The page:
Most Americans correctly understand that the economic meltdown was caused by a perfect storm of misconduct in the lending and financial industries and inadequate rules and enforcement. A 2010 Pew Financial Reform Project poll, for example, found that American likely voters overwhelmingly blamed banks for making unsustainable mortgages (42%) and too little regulation of Wall Street (24%) for the crisis.
Fewer are aware, however, of the role that racial bias and discrimination by lenders and brokers played in creating the crisis. Understanding that role and the tools available to correct it is key to ensuring our nation’s full economic recovery.
Despite the progress we’ve made as a nation toward the goal of equal opportunity for all, significant barriers remain, especially when it comes to mortgage lending by banks and brokers. In a 2005 report using federal data that presaged the current crisis, for example, The Opportunity Agenda, the National Community Reinvestment Coalition, and the Poverty and Race Research Action Council warned that—even controlling for income—African-American and Latino borrowers were significantly more likely to be sold high cost, subprime loans than whites, despite the fact that as many as 50% of those borrowers qualified for prime loans. Racial inequity in lending actually increased with borrower income levels, and with the degree of neighborhood segregation.
Loans in these communities were more costly, and were frequently predatory, carrying hidden fees and conditions or marketed through deceptive practices. Some, for example, were designed with built-in rate adjustment features making them unsustainable over the loan’s lifespan.
More recently, a series of lawsuits and settlements have revealed pervasive patterns of racial discrimination in home lending. In December 2011, for example, the U.S. Department of Justice reached the largest fair lending settlement in its history with the lender Countrywide. The Department says that Countrywide discriminated on the basis of race and national origin against qualified African-American and Hispanic borrowers between 2004 and 2008, charging more than 200,000 of these borrowers higher fees and interest rates than non-Hispanic white borrowers, and steering borrowers of color into subprime loans.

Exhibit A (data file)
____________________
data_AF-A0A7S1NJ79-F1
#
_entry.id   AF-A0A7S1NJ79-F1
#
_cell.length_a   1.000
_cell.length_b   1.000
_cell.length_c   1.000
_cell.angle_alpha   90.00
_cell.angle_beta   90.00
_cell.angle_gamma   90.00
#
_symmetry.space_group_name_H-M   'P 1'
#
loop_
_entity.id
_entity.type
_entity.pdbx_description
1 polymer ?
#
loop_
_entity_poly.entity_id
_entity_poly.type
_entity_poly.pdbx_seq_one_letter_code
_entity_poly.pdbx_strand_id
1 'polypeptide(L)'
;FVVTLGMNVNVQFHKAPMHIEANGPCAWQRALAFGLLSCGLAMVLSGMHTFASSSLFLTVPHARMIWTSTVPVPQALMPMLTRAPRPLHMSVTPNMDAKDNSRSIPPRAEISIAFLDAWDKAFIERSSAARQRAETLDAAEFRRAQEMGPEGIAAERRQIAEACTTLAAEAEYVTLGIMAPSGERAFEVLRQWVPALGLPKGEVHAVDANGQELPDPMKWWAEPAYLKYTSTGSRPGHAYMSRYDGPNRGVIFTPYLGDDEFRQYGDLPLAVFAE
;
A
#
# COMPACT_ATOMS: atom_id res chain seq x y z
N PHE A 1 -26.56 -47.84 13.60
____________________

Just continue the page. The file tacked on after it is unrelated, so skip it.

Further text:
The Justice Department has settled similar discrimination cases against AIG Federal Savings Bank, Wilmington Finance Inc., PrimeLending, C&F Mortgage Corporation, Midwest BankCentre, Citizens Republic Bancorp, Inc., and others, reinforcing the reality that these practices are pervasive.
Why would subprime lenders disproportionately target minority communities for risky loans and, often, deceptive and predatory lending practices? There are several possibilities. Many minority neighborhoods, even middle-classed ones, lack banks or other traditional lending institutions, making them more susceptible to exploitation. People of color are more likely to be first generation homebuyers, with fewer sources of information, experience, or advice. Many lenders assume them to be poor credit risks, even when they are well qualified for traditional loans.
Lenders’ discriminatory treatment toward communities of color previewed and paralleled exploitative practices that they visited upon moderate-income white communities, senior citizens, military servicemembers, and more broadly. Today, consequently, we are all in it together, with some two million homes in foreclosure. In addition to homeowners, the mortgage crisis is displacing millions of renters whose landlords are in default.
Fortunately, solutions exist that can put homeownership back on track, repair devastated communities, and restore the promise of equal opportunity and fair housing for all Americans. Just as the Obama administration has correctly insisted on a review of loans to servicemembers, for instance, they should demand a review of loans in communities with high concentrations of discriminatory and predatory loan practices. The administration should direct the Treasury Department to issue long-overdue civil rights and fair housing regulations for programs it oversees. And Congress should modernize the Community Reinvestment Act to reach a wider range of institutions and to strengthen equal opportunity protections.
Other needed reforms include increasing homeowners’ access to financial counseling, reducing the principal of loans owned or backed by Fannie Mae and Freddie Mac, and maintaining a government role in the secondary mortgage market to ensure that qualified working Americans of all races have access to 30-year fixed mortgages going forward.
Acknowledging the role that racial bias has played in the financial and mortgage crisis is crucial to understanding the scope and scale of that crisis. Concrete steps toward greater and more equal opportunity for all are important to ending it.